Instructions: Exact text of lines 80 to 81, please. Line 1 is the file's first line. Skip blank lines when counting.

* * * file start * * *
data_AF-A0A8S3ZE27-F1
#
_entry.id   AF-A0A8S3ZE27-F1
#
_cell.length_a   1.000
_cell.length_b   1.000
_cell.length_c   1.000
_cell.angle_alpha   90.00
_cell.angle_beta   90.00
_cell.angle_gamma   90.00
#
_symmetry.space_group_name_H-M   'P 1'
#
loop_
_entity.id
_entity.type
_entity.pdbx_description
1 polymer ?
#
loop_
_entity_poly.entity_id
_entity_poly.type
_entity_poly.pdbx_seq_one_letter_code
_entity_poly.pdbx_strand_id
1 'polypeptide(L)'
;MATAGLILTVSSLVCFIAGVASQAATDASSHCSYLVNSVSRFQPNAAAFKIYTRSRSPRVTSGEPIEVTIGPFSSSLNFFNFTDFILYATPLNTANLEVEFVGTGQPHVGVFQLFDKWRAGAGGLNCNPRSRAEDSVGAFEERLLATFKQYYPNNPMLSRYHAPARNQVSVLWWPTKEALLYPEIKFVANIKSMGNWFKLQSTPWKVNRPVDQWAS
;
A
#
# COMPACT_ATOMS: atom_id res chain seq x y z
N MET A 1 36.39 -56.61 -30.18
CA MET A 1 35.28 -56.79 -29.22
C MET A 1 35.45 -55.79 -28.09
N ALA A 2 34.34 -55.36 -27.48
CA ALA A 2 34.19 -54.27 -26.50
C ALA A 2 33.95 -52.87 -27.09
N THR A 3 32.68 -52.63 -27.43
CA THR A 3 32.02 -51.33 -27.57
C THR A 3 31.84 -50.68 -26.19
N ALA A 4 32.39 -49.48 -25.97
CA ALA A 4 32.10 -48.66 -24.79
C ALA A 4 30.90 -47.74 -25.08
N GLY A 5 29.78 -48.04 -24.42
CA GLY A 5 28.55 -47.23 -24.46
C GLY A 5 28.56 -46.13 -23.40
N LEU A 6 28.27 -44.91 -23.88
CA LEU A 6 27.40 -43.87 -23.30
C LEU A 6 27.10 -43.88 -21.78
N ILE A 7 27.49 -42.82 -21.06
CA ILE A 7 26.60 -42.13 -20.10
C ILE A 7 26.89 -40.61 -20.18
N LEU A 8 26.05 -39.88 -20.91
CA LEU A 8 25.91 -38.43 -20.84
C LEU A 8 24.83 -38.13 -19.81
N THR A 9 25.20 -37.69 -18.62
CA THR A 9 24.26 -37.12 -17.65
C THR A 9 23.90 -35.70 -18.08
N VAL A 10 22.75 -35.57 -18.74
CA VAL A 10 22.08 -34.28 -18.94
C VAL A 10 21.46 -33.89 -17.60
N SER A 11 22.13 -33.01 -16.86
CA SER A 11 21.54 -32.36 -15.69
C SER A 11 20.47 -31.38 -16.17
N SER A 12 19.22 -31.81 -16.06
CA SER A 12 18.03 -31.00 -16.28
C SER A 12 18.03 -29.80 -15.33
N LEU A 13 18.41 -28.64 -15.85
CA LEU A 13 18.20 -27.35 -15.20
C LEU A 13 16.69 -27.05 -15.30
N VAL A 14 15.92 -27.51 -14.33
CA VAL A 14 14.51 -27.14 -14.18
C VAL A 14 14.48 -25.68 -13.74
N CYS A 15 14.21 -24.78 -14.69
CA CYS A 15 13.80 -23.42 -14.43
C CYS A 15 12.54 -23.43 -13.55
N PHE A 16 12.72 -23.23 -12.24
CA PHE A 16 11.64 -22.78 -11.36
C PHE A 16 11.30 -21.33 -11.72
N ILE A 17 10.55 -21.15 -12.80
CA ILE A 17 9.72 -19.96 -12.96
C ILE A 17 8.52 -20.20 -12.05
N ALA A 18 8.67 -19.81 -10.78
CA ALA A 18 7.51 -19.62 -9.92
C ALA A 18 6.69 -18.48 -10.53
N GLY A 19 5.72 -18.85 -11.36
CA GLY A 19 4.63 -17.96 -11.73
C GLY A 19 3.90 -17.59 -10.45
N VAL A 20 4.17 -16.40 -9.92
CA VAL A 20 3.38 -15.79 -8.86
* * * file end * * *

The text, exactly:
CA ILE A 17 9.72 -19.96 -12.96
C ILE A 17 8.52 -20.20 -12.05